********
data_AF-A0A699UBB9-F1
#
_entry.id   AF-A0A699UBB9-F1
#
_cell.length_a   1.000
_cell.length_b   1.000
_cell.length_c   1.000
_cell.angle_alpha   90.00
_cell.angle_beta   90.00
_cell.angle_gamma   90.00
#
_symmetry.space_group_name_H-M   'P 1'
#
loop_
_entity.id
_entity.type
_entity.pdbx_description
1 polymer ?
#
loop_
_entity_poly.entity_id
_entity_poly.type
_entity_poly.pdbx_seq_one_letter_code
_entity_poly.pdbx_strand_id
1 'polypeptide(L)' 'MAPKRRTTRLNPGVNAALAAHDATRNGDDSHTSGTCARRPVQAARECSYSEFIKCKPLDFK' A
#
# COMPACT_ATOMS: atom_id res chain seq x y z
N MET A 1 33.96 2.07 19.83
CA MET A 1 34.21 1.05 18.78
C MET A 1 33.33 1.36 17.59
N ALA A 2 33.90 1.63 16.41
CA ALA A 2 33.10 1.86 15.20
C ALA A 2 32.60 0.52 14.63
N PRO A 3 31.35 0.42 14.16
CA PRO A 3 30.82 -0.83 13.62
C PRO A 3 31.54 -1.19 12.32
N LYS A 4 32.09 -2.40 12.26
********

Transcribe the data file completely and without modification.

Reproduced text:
data_AF-A0A699UBB9-F1
#
_entry.id   AF-A0A699UBB9-F1
#
_cell.length_a   1.000
_cell.length_b   1.000
_cell.length_c   1.000
_cell.angle_alpha   90.00
_cell.angle_beta   90.00
_cell.angle_gamma   90.00
#
_symmetry.space_group_name_H-M   'P 1'
#
loop_
_entity.id
_entity.type
_entity.pdbx_description
1 polymer ?
#
loop_
_entity_poly.entity_id
_entity_poly.type
_entity_poly.pdbx_seq_one_letter_code
_entity_poly.pdbx_strand_id
1 'polypeptide(L)' 'MAPKRRTTRLNPGVNAALAAHDATRNGDDSHTSGTCARRPVQAARECSYSEFIKCKPLDFK' A
#
# COMPACT_ATOMS: atom_id res chain seq x y z
N MET A 1 33.96 2.07 19.83
CA MET A 1 34.21 1.05 18.78
C MET A 1 33.33 1.36 17.59
N ALA A 2 33.90 1.63 16.41
CA ALA A 2 33.10 1.86 15.20
C ALA A 2 32.60 0.52 14.63
N PRO A 3 31.35 0.42 14.16
CA PRO A 3 30.82 -0.83 13.62
C PRO A 3 31.54 -1.19 12.32
N LYS A 4 32.09 -2.40 12.26